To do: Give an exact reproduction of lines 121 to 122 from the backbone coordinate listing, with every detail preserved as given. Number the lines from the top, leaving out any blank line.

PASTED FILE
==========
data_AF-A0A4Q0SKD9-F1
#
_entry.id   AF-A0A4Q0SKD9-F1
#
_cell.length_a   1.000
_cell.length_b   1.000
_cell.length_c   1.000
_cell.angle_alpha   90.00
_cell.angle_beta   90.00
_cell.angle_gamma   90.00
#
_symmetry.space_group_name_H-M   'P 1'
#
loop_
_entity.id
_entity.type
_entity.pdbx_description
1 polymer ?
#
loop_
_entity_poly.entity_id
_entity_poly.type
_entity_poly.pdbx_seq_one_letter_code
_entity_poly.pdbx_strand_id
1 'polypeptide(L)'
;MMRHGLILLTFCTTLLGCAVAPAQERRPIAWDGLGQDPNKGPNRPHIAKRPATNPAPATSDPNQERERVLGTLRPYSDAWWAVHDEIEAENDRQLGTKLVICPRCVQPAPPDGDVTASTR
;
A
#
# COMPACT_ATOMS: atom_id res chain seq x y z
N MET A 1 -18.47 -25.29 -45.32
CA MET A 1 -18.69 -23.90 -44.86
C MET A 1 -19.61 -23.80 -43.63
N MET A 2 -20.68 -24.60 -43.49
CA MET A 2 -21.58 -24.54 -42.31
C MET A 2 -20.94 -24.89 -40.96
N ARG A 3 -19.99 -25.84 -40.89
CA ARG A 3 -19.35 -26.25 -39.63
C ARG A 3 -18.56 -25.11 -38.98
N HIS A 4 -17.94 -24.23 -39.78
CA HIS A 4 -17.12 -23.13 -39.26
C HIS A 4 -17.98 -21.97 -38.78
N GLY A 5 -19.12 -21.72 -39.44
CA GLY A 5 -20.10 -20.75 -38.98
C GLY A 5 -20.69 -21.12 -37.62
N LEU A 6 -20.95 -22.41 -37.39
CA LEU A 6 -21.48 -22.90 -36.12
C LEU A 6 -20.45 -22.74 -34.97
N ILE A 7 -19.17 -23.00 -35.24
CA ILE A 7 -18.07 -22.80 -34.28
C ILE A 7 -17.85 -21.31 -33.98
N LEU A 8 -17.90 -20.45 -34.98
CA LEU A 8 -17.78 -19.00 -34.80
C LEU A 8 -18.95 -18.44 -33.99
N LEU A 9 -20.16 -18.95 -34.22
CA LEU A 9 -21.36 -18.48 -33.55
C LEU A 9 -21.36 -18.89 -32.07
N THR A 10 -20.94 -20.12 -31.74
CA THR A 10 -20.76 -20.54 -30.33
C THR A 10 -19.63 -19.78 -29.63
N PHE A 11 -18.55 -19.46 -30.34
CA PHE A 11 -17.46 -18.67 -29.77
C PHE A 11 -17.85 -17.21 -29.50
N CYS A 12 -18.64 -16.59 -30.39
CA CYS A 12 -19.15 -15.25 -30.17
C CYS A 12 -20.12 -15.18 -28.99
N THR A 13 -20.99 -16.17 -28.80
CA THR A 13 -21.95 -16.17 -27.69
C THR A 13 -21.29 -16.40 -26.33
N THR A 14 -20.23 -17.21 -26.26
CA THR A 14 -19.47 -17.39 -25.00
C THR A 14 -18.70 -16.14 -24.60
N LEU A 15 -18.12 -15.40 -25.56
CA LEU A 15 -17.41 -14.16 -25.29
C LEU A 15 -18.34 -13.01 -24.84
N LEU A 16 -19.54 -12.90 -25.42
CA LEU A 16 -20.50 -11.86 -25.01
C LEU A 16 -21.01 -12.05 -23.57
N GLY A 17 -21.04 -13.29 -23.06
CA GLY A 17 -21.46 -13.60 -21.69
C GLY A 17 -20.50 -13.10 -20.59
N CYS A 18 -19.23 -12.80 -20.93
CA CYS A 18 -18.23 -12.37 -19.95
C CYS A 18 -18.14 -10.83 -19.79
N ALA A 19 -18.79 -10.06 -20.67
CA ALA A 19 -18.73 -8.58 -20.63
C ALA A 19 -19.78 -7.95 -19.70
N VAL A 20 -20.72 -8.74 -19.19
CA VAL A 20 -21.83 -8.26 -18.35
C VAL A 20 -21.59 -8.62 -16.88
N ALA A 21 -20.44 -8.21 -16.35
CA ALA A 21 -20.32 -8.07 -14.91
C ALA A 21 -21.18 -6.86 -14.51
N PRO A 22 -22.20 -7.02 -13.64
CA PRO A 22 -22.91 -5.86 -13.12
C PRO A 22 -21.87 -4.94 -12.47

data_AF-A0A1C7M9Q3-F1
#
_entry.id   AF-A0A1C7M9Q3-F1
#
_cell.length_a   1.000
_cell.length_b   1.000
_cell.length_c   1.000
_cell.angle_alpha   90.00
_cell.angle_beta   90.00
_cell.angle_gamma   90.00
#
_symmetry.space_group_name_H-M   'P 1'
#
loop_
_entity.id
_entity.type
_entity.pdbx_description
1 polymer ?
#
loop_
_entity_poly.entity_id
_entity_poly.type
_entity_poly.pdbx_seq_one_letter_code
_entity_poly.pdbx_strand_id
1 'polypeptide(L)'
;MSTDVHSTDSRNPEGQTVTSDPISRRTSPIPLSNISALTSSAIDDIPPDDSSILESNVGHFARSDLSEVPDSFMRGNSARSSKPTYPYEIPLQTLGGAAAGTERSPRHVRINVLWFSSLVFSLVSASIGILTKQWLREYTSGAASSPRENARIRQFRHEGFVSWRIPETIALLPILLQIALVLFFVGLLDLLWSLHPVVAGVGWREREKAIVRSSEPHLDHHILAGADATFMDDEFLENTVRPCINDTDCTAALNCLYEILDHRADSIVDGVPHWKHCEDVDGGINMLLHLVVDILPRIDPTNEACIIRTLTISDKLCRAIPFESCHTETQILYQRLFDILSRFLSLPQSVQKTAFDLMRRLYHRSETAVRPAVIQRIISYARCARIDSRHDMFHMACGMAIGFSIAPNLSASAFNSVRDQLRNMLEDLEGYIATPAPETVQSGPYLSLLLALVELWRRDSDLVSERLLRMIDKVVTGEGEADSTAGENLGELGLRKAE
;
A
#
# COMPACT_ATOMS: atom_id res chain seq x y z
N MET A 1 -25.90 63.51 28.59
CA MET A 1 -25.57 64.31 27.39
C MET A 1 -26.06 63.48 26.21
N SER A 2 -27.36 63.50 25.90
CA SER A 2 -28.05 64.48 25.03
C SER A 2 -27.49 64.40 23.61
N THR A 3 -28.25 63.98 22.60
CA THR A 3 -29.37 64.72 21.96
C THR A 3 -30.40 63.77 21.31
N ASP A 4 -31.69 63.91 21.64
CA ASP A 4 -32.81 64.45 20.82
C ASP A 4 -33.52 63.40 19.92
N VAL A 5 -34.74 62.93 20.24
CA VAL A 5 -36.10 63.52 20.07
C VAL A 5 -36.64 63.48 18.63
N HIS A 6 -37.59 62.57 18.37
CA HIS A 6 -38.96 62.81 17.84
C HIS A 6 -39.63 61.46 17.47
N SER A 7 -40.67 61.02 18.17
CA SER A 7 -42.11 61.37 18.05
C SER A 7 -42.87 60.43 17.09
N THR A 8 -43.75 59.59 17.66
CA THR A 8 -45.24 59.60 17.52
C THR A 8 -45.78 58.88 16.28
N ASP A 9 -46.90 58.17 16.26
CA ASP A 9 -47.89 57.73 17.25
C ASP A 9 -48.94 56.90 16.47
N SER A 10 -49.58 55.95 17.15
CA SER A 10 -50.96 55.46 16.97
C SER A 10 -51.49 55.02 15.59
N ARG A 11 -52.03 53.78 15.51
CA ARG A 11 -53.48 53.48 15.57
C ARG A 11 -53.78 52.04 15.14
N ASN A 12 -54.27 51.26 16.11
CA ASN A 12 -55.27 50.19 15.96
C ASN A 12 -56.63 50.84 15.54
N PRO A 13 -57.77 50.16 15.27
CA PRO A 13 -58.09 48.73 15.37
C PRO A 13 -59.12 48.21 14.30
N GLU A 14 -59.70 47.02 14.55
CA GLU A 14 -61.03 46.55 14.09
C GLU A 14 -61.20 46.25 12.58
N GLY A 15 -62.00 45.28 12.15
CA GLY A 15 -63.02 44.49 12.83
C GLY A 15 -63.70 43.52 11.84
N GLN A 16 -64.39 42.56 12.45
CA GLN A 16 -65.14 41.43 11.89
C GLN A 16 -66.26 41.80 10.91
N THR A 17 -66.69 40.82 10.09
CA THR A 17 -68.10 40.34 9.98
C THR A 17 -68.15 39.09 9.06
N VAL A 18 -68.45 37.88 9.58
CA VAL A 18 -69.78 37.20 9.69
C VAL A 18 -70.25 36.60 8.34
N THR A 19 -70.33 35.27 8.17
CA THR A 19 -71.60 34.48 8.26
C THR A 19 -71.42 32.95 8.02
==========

1 'polypeptide(L)'
;MSTDVHSTDSRNPEGQTVTSDPISRRTSPIPLSNISALTSSAIDDIPPDDSSILESNVGHFARSDLSEVPDSFMRGNSARSSKPTYPYEIPLQTLGGAAAGTERSPRHVRINVLWFSSLVFSLVSASIGILTKQWLREYTSGAASSPRENARIRQFRHEGFVSWRIPETIALLPILLQIALVLFFVGLLDLLWSLHPVVAGVGWREREKAIVRSSEPHLDHHILAGADATFMDDEFLENTVRPCINDTDCTAALNCLYEILDHRADSIVDGVPHWKHCEDVDGGINMLLHLVVDILPRIDPTNEACIIRTLTISDKLCRAIPFESCHTETQILYQRLFDILSRFLSLPQSVQKTAFDLMRRLYHRSETAVRPAVIQRIISYARCARIDSRHDMFHMACGMAIGFSIAPNLSASAFNSVRDQLRNMLEDLEGYIATPAPETVQSGPYLSLLLALVELWRRDSDLVSERLLRMIDKVVTGEGEADSTAGENLGELGLRKAE